Bruce W. Ferguson

  • Bruce W. Ferguson

    “RACE,” “SEX,” AND “GENDER” have lately become neutral, even stylish terms for the real conditions of active racism, boundless homophobia, and institutionalized misogyny that threaten the fabric of urban democracy. While such terms—and why not add “difference” and “otherness” to the melting pot?—designate legitimate difficulties, as appropriated by “cold” academics their uses and meanings are shifted and diluted. All too often the effect is to neutralize authentic suffering, textualizing the contradictions and challenges of prejudice. At the same time, the ensuing “political correctness” offers

  • PATTERNS OF INTENT: CHRISTOPHER WOOL

    CHRISTOPHER WOOL IS A painter by default and by defiance: painting is his medium but not his message. Wool chooses to paint almost in spite of painting’s limitations, and his works gain some of their power from the original perversity of that choice. His painterly activities do not stem from a need to justify a tradition of painting, nor are they an attempt to address a historical set of questions within painting’s critical discourse, as though that in itself could guarantee his meaning. Like other artists of his generation, his influences range from film and television to literature and other

  • MODERNISM'S MANY LIVES: DAVID DIAO

    PAINTING, AS A PRIVILEGED EMBLEM of humanism, has been taken as the visual record of the dynamic pulsation between doubt and idealism that has characterized the Modernist period, a vigorously generative oscillation that grew out of, and also stimulated, the often stumbling but powerful modern notion of “progress.” Modernist nonfigurative painting in particular is held to be exemplary, at least partially, I would suggest, because of the two deep ironies contradictorily embedded in it. First, despite the profound doubt (of authenticity, of relevance, of presence itself) that inhabits modern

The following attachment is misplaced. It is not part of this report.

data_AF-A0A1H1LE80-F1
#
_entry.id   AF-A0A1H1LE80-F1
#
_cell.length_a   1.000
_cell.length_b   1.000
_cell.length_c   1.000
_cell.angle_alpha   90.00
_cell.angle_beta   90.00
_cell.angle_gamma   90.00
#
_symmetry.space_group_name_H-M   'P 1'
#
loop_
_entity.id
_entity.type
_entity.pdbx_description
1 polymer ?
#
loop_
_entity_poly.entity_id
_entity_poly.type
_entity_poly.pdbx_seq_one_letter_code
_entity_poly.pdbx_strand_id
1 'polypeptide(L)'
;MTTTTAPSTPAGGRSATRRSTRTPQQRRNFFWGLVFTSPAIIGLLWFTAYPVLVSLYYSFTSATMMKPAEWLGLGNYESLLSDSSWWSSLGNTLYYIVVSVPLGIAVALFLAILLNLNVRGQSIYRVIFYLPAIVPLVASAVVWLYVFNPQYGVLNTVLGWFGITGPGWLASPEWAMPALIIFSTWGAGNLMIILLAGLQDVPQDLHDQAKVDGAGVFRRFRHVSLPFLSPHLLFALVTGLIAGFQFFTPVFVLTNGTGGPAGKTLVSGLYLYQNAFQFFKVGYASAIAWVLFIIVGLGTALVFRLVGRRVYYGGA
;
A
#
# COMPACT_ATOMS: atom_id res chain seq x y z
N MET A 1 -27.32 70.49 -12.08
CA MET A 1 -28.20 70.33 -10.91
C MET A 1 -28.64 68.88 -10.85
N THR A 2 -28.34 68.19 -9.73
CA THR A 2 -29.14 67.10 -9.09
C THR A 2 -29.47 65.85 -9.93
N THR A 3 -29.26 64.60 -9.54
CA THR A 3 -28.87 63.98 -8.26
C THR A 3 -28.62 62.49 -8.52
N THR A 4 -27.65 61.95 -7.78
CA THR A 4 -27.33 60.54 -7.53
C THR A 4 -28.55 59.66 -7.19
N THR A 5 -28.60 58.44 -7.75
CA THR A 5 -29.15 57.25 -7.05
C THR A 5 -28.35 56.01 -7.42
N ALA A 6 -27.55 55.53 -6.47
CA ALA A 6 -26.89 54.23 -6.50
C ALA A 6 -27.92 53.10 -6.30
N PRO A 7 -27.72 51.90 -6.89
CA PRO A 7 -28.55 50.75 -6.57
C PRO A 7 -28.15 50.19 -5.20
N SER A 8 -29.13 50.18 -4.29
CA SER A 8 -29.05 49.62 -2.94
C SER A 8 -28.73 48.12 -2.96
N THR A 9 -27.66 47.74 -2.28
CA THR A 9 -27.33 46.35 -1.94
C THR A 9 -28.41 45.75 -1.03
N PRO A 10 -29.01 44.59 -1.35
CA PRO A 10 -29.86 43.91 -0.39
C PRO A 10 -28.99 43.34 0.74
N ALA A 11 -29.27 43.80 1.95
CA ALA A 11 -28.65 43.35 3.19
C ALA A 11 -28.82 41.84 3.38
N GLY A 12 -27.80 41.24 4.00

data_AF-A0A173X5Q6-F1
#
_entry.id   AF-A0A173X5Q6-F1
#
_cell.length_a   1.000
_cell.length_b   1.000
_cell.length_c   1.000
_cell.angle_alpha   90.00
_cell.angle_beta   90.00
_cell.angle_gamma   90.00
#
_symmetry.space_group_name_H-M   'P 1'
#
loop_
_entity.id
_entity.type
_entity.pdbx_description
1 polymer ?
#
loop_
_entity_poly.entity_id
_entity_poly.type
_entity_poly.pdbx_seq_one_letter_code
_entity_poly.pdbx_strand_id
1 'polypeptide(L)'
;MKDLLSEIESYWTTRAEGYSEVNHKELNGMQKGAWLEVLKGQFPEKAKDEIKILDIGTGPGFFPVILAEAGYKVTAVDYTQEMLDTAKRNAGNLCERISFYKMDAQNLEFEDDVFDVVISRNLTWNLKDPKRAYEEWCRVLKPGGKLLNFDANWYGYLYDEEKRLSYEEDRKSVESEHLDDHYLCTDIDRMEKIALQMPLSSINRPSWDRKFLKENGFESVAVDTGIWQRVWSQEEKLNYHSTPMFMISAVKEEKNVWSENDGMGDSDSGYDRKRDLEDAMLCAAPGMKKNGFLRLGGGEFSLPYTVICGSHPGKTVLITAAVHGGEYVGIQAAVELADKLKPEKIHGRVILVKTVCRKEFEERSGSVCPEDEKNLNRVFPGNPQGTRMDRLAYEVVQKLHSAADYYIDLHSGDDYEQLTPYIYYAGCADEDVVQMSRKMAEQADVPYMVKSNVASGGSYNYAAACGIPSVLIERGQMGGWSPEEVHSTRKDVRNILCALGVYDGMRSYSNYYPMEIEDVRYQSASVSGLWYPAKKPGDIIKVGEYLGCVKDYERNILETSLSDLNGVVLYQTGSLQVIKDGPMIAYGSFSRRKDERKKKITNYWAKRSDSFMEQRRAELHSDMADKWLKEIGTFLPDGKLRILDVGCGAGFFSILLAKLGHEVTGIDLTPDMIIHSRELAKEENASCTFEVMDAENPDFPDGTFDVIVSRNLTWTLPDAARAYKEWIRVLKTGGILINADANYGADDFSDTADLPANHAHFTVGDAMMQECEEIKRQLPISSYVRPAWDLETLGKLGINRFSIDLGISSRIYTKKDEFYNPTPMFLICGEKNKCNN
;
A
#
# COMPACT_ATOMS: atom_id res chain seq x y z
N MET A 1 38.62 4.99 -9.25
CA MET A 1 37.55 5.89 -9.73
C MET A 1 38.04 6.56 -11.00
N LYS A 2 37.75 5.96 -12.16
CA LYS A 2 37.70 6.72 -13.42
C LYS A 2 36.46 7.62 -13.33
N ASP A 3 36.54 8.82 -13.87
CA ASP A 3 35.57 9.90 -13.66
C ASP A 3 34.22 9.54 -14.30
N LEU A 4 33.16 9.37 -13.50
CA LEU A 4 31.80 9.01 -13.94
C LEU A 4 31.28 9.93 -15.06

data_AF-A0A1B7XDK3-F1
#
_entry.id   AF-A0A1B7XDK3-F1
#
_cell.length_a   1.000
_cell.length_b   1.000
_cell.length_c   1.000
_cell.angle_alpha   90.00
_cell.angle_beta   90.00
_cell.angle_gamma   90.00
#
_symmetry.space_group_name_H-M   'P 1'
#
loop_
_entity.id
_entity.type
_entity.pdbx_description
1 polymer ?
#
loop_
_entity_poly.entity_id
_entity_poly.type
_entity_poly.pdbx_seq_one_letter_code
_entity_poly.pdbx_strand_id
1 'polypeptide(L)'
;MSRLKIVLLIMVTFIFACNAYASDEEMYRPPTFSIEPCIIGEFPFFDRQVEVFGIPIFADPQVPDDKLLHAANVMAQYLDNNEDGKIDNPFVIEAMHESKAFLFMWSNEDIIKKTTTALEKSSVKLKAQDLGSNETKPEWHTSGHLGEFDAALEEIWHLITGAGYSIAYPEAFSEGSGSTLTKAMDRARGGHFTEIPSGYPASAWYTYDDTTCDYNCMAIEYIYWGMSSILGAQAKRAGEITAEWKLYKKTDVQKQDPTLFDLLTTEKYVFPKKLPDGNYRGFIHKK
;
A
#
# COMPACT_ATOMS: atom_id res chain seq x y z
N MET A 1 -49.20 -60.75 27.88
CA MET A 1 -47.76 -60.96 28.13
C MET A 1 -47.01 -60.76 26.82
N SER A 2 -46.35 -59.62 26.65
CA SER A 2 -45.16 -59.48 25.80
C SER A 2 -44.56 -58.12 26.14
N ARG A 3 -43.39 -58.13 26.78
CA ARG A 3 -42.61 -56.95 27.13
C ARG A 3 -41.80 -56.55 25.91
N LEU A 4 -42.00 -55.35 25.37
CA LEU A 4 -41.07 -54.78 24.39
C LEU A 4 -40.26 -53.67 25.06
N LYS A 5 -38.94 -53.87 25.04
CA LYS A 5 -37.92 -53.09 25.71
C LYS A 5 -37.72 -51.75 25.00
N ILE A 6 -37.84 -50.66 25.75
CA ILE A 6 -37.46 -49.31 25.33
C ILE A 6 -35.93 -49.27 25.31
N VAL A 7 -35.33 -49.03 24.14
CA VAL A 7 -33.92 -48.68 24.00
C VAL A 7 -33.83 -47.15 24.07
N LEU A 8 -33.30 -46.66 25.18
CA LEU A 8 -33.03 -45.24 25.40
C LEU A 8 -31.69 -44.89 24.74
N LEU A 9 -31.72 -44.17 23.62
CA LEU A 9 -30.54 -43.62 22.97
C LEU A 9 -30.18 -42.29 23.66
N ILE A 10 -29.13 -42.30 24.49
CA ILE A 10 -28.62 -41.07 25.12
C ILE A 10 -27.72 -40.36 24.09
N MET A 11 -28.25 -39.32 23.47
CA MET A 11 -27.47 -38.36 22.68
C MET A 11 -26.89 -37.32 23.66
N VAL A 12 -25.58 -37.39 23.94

• Edinburgh International Television Festival

    The Edinburgh International Television Festival is actually a national conference organized to discuss issues important to television broadcasters in the United Kingdom. “Scratch” video was the subject of one session’s discussion and viewings. “Scratch” has its base in the popular subcultures of disco and video clubs, originating in disc jockeys’ practices of mixing and violating records to result in repetitive phrases and imperfect sounds. Scratch video is the latest version in a continuing Modernist esthetic project of deconstruction. It has its art-world equivalent in the work of media